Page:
When you have a foodie on your shopping list, a cookbook or food-related book makes an ideal gift. But with so many titles to choose from, buying the right book can prove challenging.

To save you from needless second guessing and last-minute bookstore dilemmas, I’ve come up with a list of my favorite food books from 2010.

From the mountain of culinary books I’ve read this year, only four struck me as worthy of a spot in a natural foods library.

I appreciate these works for their use of real whole foods, their well-written prose and their fascinating information.

None of these books rely on processed fake foods (think “fat-free, low-sodium chicken broth” or “nonhydrogenated margarine”), or load you up with white sugar and processed carbohydrates.

Instead, each is sure to inspire you to try new ingredients and techniques and push your kitchen repertoire beyond the confines of the standard American diet.

FOR THE FORAGER

“Chanterelle Dreams, Amanita Nightmares: The Love, Lore, and Mystique of Mushrooms,” by Greg A. Marley, $17.95

A well-known mushroom expert who lives in Rockland, Marley offers a lively and thought-provoking romp through the fungal world.

With Marley as our guide, we explore four common edible wild mushrooms and learn how to identify and cook them.

Because Marley is a cautious forager, he not only provides information on poisonous mushrooms that resemble edibles, he devotes an entire section to deadly toadstools.

Calling on a broad array of cultural and historical references, he also discusses the use of mushrooms as hallucinogens.

The book concludes with a look at the vital role mushrooms play in nature and how to cultivate mushrooms in your garden.

It’s a must-have for mushroom lovers and foraging aficionados.

FOR THE VEGETARIAN

“Appetite for Reduction: 125 Fast & Filling Low-Fat Vegan Recipes,” by Isa Chandra Moskowitz, $19.95

I’m generally not a fan of cookbooks that bill themselves as weight loss guides, since most tend to be filled with low-fat fad products that are more chemical than food. But this book is different.

Moskowitz, who is known for books such as “Veganomicon” and “Vegan Cupcakes Take Over the World,” comes back to health food with a snappy cookbook that embraces whole plant foods without a sugary snack in sight.

Those avoiding gluten or soy will appreciate the numerous gluten-free and soy-free recipes, and everyone is sure to learn something from the preparation and nutrition tips she sprinkles throughout the book.

Best of all, her recipes for goodies such as OMG Oven-Baked Onion Rings, Tamarind BBQ Tempeh & Sweet Potatoes, and Chipotle Lentil Burgers will make even dedicated carnivores appreciate the pleasures of plant-based meals.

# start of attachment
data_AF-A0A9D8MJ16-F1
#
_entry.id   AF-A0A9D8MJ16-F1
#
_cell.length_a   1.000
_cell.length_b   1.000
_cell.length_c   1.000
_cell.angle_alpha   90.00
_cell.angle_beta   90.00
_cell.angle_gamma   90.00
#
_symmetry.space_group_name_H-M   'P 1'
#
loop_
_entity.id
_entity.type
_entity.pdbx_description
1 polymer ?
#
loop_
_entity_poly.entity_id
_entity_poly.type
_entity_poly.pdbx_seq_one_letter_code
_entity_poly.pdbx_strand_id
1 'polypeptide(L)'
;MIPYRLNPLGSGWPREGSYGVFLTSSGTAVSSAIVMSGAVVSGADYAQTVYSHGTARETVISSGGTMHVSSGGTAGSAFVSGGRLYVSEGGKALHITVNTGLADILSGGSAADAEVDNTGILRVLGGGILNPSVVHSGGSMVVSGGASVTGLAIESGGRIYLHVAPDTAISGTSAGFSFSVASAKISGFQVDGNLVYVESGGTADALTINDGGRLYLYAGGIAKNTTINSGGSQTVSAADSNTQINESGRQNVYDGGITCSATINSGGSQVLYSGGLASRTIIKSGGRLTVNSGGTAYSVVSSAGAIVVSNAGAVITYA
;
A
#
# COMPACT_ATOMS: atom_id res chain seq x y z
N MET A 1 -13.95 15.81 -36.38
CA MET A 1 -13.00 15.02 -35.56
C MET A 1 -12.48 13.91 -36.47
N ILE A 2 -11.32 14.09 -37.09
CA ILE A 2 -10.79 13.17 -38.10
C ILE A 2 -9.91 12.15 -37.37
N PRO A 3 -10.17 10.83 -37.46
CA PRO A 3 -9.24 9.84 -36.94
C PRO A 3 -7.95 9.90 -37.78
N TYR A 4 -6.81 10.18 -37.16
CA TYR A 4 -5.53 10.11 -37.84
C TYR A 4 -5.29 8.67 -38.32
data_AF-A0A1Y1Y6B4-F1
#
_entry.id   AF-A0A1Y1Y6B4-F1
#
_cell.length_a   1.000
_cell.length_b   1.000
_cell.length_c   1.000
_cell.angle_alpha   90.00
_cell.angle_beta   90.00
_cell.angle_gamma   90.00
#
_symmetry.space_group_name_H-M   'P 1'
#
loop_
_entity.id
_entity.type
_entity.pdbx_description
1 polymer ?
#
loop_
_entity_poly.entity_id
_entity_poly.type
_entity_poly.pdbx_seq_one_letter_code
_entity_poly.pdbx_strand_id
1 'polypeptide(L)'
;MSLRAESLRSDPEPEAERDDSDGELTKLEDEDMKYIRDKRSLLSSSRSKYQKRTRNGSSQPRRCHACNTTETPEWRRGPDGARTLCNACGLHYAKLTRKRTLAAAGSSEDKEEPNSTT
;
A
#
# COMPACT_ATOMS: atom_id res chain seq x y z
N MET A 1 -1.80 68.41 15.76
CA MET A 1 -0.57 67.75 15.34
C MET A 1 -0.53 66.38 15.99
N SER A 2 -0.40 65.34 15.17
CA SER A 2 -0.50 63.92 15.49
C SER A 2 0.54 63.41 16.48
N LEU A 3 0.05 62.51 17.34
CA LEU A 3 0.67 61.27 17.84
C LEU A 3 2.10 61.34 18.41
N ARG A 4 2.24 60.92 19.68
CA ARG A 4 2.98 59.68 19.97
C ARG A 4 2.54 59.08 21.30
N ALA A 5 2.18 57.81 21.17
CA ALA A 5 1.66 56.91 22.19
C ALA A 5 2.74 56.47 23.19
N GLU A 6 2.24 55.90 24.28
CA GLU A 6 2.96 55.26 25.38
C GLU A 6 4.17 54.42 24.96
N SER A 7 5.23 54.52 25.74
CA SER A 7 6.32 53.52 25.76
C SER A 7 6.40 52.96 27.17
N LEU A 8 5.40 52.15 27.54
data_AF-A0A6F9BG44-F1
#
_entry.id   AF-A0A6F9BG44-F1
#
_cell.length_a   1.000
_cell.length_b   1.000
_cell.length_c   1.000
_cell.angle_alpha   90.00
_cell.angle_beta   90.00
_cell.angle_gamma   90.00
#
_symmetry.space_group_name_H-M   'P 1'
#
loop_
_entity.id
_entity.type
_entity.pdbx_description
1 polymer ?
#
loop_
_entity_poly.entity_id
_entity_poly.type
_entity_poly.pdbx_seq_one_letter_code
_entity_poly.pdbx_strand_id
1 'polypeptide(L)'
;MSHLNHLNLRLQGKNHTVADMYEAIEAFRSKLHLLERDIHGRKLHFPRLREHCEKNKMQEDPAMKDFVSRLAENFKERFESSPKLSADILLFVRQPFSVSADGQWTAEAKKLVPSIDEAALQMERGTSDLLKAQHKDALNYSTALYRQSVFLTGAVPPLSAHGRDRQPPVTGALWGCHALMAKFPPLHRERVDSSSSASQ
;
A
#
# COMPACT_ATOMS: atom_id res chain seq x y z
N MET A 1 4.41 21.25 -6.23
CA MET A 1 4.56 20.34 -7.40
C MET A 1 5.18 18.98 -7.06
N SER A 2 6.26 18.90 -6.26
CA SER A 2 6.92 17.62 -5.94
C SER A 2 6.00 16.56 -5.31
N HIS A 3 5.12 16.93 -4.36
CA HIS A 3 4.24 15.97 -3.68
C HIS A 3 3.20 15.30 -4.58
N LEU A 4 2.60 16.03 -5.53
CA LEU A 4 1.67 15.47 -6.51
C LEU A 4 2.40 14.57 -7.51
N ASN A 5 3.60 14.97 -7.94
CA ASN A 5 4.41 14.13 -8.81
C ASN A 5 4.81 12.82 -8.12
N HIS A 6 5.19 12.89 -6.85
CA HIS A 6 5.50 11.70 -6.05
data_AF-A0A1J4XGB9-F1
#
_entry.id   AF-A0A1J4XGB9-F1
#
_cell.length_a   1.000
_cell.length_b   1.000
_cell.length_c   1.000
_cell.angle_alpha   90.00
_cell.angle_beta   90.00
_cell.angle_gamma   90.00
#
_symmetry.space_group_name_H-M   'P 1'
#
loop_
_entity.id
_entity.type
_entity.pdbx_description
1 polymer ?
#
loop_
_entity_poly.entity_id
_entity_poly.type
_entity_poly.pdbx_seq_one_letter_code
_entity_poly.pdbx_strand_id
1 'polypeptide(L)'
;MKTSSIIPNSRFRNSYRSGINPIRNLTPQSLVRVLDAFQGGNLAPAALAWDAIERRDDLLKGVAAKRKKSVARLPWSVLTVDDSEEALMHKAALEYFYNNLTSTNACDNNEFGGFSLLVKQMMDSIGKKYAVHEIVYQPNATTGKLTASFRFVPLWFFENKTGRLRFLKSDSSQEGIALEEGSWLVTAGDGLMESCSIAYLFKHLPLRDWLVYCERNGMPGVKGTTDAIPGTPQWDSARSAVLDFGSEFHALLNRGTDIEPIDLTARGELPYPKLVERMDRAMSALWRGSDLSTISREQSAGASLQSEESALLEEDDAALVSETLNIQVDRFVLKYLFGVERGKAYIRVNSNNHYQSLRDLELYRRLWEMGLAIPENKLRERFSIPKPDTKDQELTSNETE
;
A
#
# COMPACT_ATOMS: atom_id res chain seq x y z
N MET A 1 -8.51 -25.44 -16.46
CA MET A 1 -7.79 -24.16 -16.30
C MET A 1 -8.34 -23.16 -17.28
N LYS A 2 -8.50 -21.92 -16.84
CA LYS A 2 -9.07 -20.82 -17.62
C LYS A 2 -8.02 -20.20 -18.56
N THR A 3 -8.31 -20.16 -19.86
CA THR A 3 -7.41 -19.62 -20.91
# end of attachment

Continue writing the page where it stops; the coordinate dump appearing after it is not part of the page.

FOR THE SLOW FOODIE

“In the Green Kitchen: Techniques to Learn by Heart,” by Alice Waters, $28

Born from a Slow Food Nation event held in San Francisco, this book by the reigning queen of the local-food revolution offers a primer in the 27 essential techniques needed to turn fresh whole foods into delicious meals.

Each easy-to-master technique starts with an introduction to the particular chef who demonstrated it at the Slow Food Nation gathering. These well-known culinary powerhouses include Charlie Trotter, David Chang, Deborah Madison and Thomas Keller.

Following each technique introduction, a number of recipes illustrate the preparation method.

The recipes range from Cherry Tomato & Tofu Salad and Rainbow Chard with Oil & Garlic to One-Pot Roast Chicken and Pork Rib Roast with Rosemary & Sage.

Beautiful color photographs enliven the text and showcase the beauty of simple food.

FOR THE POLITICAL JUNKIE

“Safe Food: The Politics of Food Safety,” by Marion Nestle, $18.95

In this age of agribusiness and factory farms, food recalls have become a regular occurrence. New York University nutrition professor Nestle delves into the world of contaminated food and provides a detailed explanation of why politics continues to trump science and common sense when it comes to regulating the American food supply.

In this update to her 2003 work of the same name, she examines how the country relies on outdated laws, a convoluted regulatory complex and too few inspectors to ensure the safety of our food.

The second half of the book explores the risky and untested world of genetic engineering and how lobbyists and corporate interests have maneuvered to ensure that labeling and safety testing are not required.

You don’t need a Ph.D. to figure out what you’re eating, because this book shows you the hidden ingredients you won’t find on the labels.

 

Staff Writer Avery Yale Kamila can be contacted at 791-6297 or at:

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